“One day, it might have been our third day out, we canoed down a branch of the river looking for a good spot to camp for the night. It was late afternoon. On every side stood blueberry bushes heavy with ripe berries. For quite some time, we’d been hearing muffled grunting and groaning. We knew it must be a bear feeding on the many berries. We paddled in silence. Then, at a bend in the river, we caught sight of Noumoushoum, Grandfather Bear, full to bursting with fruit. He rolled on his back, groaning in pain, his big paws clutching his aching belly. Seeing him, your koukoum burst out laughing. We have a great deal of respect for the bear, who’s our ancestor according to our legends. But your grandmother couldn’t help laughing at the greedy creature’s plight.”

My mother laughs silently, reliving the episode and what was to come. “We stopped sooner than planned to pick blueberries. We had to make do with handful after handful of the blueberries for supper that day. In the middle of the night, your father and I woke to moaning not unlike the bear’s. I grabbed the flashlight and your father the shotgun. Without waking either Jimmy or you, we stepped outside. The groaning was coming from your grandparents’ tent lit by a kerosene lantern.

“My uncle George and his wife Julia followed on our heels, curious and worried. Sound asleep, their children hadn’t budged. We announced our presence and pulled back the tent flaps. A stench of vomit wafted through the air. Sitting next to your prostate grandmother was my step-father, busy wiping her forehead with a wet cotton cloth. He seemed torn between his concern and a desire to laugh. To me, he said, ‘Noumoushoum Mackwa has punished your mother for making fun of him.…’ Indeed, lying on her side, my mother clutched her stomach with both hands and groaned, a basin by her head. Despite her suffering, we couldn’t help but laugh. Showing her sense of humour, Koukoum rolled back and forth on her back, imitating the bear’s sounds and actions, a victim of her own overindulgence.”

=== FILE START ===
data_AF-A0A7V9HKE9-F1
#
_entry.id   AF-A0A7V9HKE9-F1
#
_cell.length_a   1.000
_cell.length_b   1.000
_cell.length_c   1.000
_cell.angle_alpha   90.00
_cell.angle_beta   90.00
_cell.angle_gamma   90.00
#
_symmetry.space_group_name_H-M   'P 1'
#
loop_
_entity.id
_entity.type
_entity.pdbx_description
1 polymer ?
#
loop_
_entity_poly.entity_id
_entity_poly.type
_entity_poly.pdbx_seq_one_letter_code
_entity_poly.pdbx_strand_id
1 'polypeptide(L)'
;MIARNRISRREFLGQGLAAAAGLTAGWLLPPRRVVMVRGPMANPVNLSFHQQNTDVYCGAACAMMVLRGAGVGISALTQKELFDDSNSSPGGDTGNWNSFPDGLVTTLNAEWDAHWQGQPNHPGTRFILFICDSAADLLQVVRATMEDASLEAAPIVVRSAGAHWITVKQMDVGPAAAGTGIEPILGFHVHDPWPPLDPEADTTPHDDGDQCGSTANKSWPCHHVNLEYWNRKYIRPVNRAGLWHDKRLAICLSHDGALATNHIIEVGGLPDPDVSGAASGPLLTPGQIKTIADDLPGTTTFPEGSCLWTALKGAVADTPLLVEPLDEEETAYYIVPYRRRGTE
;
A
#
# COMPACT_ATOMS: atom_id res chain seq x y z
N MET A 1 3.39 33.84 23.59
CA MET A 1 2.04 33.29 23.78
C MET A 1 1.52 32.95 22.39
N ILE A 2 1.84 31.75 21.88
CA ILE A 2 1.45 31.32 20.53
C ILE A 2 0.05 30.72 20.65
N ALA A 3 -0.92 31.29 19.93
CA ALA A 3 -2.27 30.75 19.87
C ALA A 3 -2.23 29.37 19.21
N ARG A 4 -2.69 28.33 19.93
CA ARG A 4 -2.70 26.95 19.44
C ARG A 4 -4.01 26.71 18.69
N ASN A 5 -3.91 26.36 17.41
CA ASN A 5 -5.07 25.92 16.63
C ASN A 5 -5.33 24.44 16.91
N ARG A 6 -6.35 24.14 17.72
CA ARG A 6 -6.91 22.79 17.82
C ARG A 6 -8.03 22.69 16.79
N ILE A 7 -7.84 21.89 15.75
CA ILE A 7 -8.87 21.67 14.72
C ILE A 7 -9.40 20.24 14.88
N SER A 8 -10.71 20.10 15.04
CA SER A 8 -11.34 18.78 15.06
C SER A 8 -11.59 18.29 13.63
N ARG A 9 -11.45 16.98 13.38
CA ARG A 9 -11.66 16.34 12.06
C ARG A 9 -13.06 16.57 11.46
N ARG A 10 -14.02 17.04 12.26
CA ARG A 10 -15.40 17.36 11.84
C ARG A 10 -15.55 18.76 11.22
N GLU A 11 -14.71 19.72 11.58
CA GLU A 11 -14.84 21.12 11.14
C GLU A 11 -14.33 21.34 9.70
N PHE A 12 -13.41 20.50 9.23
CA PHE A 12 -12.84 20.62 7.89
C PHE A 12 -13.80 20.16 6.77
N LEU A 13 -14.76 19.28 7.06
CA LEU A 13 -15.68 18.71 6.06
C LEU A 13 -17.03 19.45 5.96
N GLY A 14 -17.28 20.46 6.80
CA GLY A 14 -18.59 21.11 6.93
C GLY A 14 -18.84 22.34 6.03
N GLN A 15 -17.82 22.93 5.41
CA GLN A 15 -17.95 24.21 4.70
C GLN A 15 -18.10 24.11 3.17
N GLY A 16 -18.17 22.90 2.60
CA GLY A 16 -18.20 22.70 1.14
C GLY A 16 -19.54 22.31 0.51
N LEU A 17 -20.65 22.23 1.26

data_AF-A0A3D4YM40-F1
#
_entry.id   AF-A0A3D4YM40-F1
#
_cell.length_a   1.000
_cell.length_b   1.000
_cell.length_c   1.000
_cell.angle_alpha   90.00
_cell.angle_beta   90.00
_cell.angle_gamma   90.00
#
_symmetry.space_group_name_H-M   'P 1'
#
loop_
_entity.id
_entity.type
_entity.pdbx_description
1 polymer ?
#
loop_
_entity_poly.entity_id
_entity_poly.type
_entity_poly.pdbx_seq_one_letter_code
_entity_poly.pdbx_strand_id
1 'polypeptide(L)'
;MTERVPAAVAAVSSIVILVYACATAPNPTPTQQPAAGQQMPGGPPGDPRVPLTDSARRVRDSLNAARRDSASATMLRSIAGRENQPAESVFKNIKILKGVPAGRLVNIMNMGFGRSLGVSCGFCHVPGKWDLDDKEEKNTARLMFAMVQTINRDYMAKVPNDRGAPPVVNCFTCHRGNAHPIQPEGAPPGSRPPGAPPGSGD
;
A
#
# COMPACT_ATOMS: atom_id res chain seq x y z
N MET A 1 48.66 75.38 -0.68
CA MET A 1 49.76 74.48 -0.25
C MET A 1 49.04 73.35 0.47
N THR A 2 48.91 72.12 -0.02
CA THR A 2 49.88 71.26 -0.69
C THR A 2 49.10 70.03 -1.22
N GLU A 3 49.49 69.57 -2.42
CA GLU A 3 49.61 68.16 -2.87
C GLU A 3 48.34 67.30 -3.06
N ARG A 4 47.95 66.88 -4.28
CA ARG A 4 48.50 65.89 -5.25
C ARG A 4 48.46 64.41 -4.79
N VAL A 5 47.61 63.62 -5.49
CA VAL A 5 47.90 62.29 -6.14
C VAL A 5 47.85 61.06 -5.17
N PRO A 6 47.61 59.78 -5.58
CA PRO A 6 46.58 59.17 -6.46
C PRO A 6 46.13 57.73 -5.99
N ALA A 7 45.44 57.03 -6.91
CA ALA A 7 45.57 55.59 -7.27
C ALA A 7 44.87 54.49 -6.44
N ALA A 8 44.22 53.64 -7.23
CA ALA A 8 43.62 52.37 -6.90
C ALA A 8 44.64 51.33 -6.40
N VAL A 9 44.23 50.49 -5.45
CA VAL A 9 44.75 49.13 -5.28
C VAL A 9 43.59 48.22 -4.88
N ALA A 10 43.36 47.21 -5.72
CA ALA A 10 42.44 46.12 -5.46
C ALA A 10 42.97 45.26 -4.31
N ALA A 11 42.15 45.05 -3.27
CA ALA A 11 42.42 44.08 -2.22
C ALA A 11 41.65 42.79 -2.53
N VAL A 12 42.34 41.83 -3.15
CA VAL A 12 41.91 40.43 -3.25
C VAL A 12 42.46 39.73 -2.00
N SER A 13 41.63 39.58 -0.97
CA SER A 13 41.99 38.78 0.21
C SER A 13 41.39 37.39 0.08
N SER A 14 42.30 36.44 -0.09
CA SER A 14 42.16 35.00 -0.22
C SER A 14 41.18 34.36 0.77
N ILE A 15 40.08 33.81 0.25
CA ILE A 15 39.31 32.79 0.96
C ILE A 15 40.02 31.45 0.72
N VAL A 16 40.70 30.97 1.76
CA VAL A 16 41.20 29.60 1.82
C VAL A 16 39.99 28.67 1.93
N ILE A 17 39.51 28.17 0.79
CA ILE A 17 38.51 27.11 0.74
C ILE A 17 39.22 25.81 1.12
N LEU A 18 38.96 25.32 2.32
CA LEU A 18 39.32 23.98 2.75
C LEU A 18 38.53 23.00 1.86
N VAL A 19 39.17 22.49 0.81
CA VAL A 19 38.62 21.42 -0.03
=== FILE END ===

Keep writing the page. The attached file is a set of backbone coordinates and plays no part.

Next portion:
The story enlivened their evenings all that following winter. Miming a stomachache, Grandmother Louisa would exaggerate all the moaning and groaning to cut short the clan’s teasing.


Virginia Pesemapeo Bordeleau is an internationally-recognized visual artist and published author of Cree origin. She has published three novels and two poetry collections in French. Born in Rapides-des-Cèdres in 1951, of a Cree mother and a mixed-race Quebecois father, she holds a Fine Arts Baccalaureate and has participated in numerous exhibitions in Quebec, United States, Mexico, Denmark, and received several awards for her art. In 2007, she published her first novel, Ourse bleue. Her collection of poetry, De rouge et de blanc (2012) was awarded the Abitibi-Témiscamingue literary prize. Her subsequent novels include L’amant du lac (2013) and L’enfant hiver (2014). She lives in Abitibi, in northwest Quebec.

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Blue Bear Woman

Blue Bear Woman is the first novel published in Quebec written by an Indigenous woman. The story of a young Cree woman's search for her roots and identity, Virginia Pesemapeo Bordeleau's debut novel, Ourse bleue, was originally published in 2007, and is her second novel to be translated into English. The novel explores contemporary Indigenous life and the impact on the Cree of the building of the Eastmain dam in northern Quebec, posited as "virgin" territory, yet which has actually been part of the Cree traditional territory since time immemorial. In search of her roots, Victoria takes a trip to the country of her Cree ancestors with her companion, Daniel. It is a long journey to the north along the shores of James Bay. Colours, smells, and majestic landscapes arouse memories that soon devolve into strange and hauntings dreams at night. In bits and pieces, uncles, aunties, and cousins arrive to tell the story of Victoria’s family and bring with them images of her childhood that are tinged both with joy and sadness. Guided by her totem, the Blue Bear, she returns home to make peace with her soul, as well as release the soul of her Great-Uncle George, a hunter who has been missing in the forest for over twenty years.